In our fast-paced and ever-changing world, it is easy to overlook the importance of small details. We often focus on the big picture and the grand gestures, forgetting that it is the small details that make up the whole. Small details are the marbles that turn a mosaic into a picture. They are crucial to our lives and can have a significant impact on our well-being and happiness.
Firstly, small details can enhance the quality of our daily experiences. Taking the time to appreciate the texture of a piece of clothing or the scent of a flower can bring us a sense of joy and fulfillment. Similarly, paying attention to small gestures of kindness and consideration from others can make us feel valued and cared for.
Secondly, small details can make a big difference in achieving our goals. The small steps we take every day towards our ambitions can accumulate over time and lead us to success. Small details can also help us avoid mistakes and improve our performance in various areas of our lives, from work to personal relationships.
Finally, small details can bring depth and meaning to our lives. By paying attention to the details, we can gain a deeper understanding of ourselves and the world around us. We can appreciate the beauty in the small things, and find significance in seemingly insignificant moments.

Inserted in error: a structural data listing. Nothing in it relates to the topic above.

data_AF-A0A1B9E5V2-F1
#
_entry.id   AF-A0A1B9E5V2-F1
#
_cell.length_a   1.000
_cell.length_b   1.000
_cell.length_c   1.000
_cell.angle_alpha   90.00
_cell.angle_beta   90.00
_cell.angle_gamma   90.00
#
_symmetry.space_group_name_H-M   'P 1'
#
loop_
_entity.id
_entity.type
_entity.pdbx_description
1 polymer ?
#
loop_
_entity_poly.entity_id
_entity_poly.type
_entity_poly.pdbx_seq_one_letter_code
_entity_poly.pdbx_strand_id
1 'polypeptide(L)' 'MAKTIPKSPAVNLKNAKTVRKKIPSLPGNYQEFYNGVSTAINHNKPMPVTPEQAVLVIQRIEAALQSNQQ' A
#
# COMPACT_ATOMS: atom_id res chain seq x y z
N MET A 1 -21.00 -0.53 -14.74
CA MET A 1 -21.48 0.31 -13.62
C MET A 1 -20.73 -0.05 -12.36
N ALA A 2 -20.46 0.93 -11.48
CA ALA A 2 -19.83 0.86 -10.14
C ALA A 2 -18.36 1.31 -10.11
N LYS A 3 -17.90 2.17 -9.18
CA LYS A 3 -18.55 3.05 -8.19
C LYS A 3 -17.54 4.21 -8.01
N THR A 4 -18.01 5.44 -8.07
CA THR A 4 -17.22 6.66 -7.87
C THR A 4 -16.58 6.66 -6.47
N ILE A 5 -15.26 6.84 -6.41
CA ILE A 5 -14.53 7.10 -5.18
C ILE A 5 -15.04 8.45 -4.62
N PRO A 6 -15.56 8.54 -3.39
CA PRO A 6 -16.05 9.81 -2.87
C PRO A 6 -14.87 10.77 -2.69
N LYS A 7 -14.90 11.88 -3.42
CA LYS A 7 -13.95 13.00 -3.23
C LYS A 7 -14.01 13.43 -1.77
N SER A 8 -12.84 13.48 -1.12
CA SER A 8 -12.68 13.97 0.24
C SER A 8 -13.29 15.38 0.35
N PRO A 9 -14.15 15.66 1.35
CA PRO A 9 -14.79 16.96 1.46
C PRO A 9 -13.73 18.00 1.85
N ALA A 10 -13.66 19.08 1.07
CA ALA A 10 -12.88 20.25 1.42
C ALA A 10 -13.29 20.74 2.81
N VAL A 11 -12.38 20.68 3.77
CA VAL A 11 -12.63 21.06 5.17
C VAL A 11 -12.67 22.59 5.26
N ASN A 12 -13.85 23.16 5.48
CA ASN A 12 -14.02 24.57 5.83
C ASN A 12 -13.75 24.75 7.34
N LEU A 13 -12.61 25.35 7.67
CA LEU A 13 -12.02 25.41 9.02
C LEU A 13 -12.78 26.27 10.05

We tend to say that ‘the devil is in the detail’, but I prefer Ludwig Mies van der Rohe, who once said that “God is in the detail”. Start looking out for those divine details! By paying attention to the small things in your life, you can enhance your experiences, achieve your goals, and find deeper meaning and fulfillment.
The remote archipelago of Tierra del Fuego, 14,000 kilometres from Europe off the tip of the South American mainland features the world’s southernmost airport and city, Ushuaia. It has thus every right to be considered el fin del mundo, the end of the world.
This series is about my favourite five things to do in any given destination. Some are off the beaten track, some are a bit touristy, some will be difficult to replicate and some are not meant to be taken too seriously. They are what made my trip to that particular place an unforgettable experience, in no particular order.
I must have been six years old, maybe seven. It was a late summer afternoon in the garden of my Hungarian grandparents’ house and I was sitting on the swing my grandfather had built for me from a large truck tyre. As I sat there swinging in the afternoon sun I had no idea how this very moment would come back to me some 30 years later.